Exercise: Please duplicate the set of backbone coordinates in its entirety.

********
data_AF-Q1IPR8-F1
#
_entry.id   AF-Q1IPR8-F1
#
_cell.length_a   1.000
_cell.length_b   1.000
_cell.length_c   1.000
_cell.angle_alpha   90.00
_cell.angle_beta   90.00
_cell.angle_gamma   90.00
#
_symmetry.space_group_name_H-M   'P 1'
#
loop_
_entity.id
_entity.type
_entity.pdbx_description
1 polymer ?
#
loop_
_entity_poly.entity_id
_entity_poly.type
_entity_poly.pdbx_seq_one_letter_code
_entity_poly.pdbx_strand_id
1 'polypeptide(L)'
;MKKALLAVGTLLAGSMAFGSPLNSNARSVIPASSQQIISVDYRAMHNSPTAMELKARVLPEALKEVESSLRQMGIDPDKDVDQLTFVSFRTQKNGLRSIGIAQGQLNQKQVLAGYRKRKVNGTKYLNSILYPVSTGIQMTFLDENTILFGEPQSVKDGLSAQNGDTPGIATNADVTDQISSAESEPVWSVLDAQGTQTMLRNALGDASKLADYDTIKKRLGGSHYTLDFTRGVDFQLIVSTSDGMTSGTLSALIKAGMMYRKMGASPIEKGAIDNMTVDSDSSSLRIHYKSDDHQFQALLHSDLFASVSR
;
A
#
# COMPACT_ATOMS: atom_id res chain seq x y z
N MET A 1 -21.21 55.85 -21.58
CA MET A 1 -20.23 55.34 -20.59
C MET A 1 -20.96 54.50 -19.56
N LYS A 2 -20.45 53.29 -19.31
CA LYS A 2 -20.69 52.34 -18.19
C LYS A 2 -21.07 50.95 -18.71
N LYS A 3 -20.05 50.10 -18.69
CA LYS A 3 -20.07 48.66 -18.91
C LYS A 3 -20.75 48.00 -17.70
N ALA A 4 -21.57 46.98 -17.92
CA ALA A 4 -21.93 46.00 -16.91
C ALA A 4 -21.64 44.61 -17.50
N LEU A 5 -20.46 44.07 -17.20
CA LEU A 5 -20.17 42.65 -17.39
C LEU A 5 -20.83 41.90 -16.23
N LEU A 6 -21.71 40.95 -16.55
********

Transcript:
data_AF-Q1IPR8-F1
#
_entry.id   AF-Q1IPR8-F1
#
_cell.length_a   1.000
_cell.length_b   1.000
_cell.length_c   1.000
_cell.angle_alpha   90.00
_cell.angle_beta   90.00
_cell.angle_gamma   90.00
#
_symmetry.space_group_name_H-M   'P 1'
#
loop_
_entity.id
_entity.type
_entity.pdbx_description
1 polymer ?
#
loop_
_entity_poly.entity_id
_entity_poly.type
_entity_poly.pdbx_seq_one_letter_code
_entity_poly.pdbx_strand_id
1 'polypeptide(L)'
;MKKALLAVGTLLAGSMAFGSPLNSNARSVIPASSQQIISVDYRAMHNSPTAMELKARVLPEALKEVESSLRQMGIDPDKDVDQLTFVSFRTQKNGLRSIGIAQGQLNQKQVLAGYRKRKVNGTKYLNSILYPVSTGIQMTFLDENTILFGEPQSVKDGLSAQNGDTPGIATNADVTDQISSAESEPVWSVLDAQGTQTMLRNALGDASKLADYDTIKKRLGGSHYTLDFTRGVDFQLIVSTSDGMTSGTLSALIKAGMMYRKMGASPIEKGAIDNMTVDSDSSSLRIHYKSDDHQFQALLHSDLFASVSR
;
A
#
# COMPACT_ATOMS: atom_id res chain seq x y z
N MET A 1 -21.21 55.85 -21.58
CA MET A 1 -20.23 55.34 -20.59
C MET A 1 -20.96 54.50 -19.56
N LYS A 2 -20.45 53.29 -19.31
CA LYS A 2 -20.69 52.34 -18.19
C LYS A 2 -21.07 50.95 -18.71
N LYS A 3 -20.05 50.10 -18.69
CA LYS A 3 -20.07 48.66 -18.91
C LYS A 3 -20.75 48.00 -17.70
N ALA A 4 -21.57 46.98 -17.92
CA ALA A 4 -21.93 46.00 -16.91
C ALA A 4 -21.64 44.61 -17.50
N LEU A 5 -20.46 44.07 -17.20
CA LEU A 5 -20.17 42.65 -17.39
C LEU A 5 -20.83 41.90 -16.23
N LEU A 6 -21.71 40.95 -16.55